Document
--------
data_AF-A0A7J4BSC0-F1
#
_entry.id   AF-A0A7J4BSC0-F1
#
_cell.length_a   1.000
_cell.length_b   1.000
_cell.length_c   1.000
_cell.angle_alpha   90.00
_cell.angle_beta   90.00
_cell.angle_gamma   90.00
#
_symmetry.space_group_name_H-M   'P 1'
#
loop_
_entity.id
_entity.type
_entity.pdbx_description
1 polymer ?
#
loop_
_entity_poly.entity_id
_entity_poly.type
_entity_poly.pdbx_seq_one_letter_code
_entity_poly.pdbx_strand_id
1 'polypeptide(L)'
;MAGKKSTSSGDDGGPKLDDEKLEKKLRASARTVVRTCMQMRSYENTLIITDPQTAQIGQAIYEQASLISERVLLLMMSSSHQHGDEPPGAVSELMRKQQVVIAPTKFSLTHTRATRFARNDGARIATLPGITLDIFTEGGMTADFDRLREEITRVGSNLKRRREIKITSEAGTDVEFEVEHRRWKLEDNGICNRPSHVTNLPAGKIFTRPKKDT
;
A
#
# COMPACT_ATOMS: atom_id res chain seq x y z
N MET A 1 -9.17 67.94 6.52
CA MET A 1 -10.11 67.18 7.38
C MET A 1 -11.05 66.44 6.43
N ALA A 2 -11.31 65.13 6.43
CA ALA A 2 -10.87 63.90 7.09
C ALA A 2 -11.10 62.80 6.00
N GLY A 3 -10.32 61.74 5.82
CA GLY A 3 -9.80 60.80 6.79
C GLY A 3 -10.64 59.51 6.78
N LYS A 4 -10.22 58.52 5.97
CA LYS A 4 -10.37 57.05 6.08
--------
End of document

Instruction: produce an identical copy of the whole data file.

data_AF-A0A7J4BSC0-F1
#
_entry.id   AF-A0A7J4BSC0-F1
#
_cell.length_a   1.000
_cell.length_b   1.000
_cell.length_c   1.000
_cell.angle_alpha   90.00
_cell.angle_beta   90.00
_cell.angle_gamma   90.00
#
_symmetry.space_group_name_H-M   'P 1'
#
loop_
_entity.id
_entity.type
_entity.pdbx_description
1 polymer ?
#
loop_
_entity_poly.entity_id
_entity_poly.type
_entity_poly.pdbx_seq_one_letter_code
_entity_poly.pdbx_strand_id
1 'polypeptide(L)'
;MAGKKSTSSGDDGGPKLDDEKLEKKLRASARTVVRTCMQMRSYENTLIITDPQTAQIGQAIYEQASLISERVLLLMMSSSHQHGDEPPGAVSELMRKQQVVIAPTKFSLTHTRATRFARNDGARIATLPGITLDIFTEGGMTADFDRLREEITRVGSNLKRRREIKITSEAGTDVEFEVEHRRWKLEDNGICNRPSHVTNLPAGKIFTRPKKDT
;
A
#
# COMPACT_ATOMS: atom_id res chain seq x y z
N MET A 1 -9.17 67.94 6.52
CA MET A 1 -10.11 67.18 7.38
C MET A 1 -11.05 66.44 6.43
N ALA A 2 -11.31 65.13 6.43
CA ALA A 2 -10.87 63.90 7.09
C ALA A 2 -11.10 62.80 6.00
N GLY A 3 -10.32 61.74 5.82
CA GLY A 3 -9.80 60.80 6.79
C GLY A 3 -10.64 59.51 6.78
N LYS A 4 -10.22 58.52 5.97
CA LYS A 4 -10.37 57.05 6.08